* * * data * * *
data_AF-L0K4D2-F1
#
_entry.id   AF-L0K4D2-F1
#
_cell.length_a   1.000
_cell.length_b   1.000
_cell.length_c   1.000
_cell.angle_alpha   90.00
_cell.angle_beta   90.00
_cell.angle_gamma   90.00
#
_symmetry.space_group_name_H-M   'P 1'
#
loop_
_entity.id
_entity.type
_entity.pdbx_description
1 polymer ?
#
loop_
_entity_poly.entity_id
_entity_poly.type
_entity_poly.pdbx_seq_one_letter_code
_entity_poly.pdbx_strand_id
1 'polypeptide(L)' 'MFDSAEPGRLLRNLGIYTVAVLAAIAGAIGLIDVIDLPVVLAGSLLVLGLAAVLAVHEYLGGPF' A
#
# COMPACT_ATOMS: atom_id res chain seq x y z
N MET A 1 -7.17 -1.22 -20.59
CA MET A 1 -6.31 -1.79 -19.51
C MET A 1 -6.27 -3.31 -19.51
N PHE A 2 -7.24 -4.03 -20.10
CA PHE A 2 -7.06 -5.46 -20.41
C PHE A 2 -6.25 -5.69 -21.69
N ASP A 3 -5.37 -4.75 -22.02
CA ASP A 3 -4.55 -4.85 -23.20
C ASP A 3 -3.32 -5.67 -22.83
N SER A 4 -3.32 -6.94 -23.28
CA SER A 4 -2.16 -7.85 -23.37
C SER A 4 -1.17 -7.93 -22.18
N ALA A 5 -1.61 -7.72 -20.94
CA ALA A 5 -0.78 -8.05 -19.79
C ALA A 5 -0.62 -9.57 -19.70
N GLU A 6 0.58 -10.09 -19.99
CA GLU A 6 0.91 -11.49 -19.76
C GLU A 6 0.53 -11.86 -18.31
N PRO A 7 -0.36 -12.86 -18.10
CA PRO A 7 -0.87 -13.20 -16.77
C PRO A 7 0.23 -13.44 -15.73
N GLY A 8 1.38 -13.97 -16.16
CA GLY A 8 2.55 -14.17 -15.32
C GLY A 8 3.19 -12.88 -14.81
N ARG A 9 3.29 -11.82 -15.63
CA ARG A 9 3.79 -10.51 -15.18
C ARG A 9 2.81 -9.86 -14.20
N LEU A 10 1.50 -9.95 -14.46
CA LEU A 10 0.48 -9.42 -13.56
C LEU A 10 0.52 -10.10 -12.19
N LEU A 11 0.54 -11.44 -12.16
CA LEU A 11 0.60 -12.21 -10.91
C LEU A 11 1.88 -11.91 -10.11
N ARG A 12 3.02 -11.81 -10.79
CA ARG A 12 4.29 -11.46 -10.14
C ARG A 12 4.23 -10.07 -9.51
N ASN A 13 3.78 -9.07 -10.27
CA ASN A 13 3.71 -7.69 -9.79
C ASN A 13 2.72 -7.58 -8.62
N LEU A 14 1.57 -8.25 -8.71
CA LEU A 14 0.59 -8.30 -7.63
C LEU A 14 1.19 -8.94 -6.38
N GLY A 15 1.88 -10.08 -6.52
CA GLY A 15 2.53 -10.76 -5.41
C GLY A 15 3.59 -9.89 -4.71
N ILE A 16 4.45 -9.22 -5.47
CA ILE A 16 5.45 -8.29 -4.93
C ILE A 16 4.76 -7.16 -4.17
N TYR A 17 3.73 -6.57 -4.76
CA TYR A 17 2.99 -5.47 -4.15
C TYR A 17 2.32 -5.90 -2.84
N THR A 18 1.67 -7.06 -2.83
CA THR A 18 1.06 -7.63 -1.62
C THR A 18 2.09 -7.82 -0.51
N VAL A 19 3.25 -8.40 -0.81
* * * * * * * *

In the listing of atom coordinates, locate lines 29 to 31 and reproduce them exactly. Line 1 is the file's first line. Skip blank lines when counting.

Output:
CA MET A 1 -6.31 -1.79 -19.51
C MET A 1 -6.27 -3.31 -19.51
N PHE A 2 -7.24 -4.03 -20.10